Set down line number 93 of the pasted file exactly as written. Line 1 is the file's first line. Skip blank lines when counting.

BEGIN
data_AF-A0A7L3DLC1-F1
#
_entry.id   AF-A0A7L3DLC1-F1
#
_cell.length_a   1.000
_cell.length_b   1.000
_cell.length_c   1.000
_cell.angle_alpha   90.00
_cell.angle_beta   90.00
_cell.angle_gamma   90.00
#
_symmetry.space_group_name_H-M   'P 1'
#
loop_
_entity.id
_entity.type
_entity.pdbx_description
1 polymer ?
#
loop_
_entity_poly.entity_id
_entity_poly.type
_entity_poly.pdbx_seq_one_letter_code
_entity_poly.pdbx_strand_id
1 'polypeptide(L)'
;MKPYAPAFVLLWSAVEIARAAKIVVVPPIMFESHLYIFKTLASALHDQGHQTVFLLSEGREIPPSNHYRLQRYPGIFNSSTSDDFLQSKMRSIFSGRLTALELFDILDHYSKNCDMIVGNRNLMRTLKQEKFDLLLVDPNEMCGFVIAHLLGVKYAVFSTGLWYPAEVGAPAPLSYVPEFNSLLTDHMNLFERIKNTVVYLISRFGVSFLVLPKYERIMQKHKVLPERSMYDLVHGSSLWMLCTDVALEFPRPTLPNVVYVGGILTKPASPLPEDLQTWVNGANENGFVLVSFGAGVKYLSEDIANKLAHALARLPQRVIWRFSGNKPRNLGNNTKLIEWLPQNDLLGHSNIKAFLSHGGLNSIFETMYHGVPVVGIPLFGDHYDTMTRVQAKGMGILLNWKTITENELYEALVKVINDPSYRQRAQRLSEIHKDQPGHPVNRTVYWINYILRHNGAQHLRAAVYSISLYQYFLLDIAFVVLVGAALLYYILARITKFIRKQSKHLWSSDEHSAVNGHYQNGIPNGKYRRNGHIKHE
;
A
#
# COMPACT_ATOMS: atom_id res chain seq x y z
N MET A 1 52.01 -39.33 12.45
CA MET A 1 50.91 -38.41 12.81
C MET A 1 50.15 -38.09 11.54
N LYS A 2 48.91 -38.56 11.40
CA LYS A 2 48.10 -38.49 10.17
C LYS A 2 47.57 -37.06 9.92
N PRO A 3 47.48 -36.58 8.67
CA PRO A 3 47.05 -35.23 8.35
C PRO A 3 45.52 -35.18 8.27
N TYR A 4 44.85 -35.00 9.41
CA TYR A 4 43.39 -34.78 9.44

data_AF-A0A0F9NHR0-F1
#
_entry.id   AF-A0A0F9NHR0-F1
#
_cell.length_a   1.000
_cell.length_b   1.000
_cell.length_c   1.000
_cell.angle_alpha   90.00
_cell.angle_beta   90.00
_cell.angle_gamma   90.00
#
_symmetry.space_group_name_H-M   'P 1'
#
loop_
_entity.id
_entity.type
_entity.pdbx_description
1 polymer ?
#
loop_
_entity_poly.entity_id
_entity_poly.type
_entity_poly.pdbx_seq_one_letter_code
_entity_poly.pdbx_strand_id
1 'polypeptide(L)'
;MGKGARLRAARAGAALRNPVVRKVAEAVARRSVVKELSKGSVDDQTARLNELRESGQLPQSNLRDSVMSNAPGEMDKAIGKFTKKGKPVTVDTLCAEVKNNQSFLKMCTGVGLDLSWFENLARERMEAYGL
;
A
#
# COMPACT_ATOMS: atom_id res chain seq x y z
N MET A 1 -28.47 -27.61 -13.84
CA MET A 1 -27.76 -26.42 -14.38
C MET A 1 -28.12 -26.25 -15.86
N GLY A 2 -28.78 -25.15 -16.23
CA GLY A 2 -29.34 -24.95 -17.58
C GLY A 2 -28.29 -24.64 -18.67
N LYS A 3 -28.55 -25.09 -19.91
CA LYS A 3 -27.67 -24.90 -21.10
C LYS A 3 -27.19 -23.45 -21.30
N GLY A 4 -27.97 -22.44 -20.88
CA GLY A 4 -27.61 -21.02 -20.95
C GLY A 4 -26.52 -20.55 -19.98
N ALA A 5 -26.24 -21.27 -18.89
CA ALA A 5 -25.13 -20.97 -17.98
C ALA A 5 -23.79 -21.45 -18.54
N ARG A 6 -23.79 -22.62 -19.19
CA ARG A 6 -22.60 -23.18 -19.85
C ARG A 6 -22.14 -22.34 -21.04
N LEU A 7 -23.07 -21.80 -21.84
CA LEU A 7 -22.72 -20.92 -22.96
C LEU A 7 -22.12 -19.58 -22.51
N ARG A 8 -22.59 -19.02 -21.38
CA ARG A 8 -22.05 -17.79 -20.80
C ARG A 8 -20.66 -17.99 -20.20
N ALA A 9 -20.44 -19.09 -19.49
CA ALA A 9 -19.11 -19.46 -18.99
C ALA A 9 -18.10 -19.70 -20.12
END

N ARG A 8 -22.59 -19.02 -21.38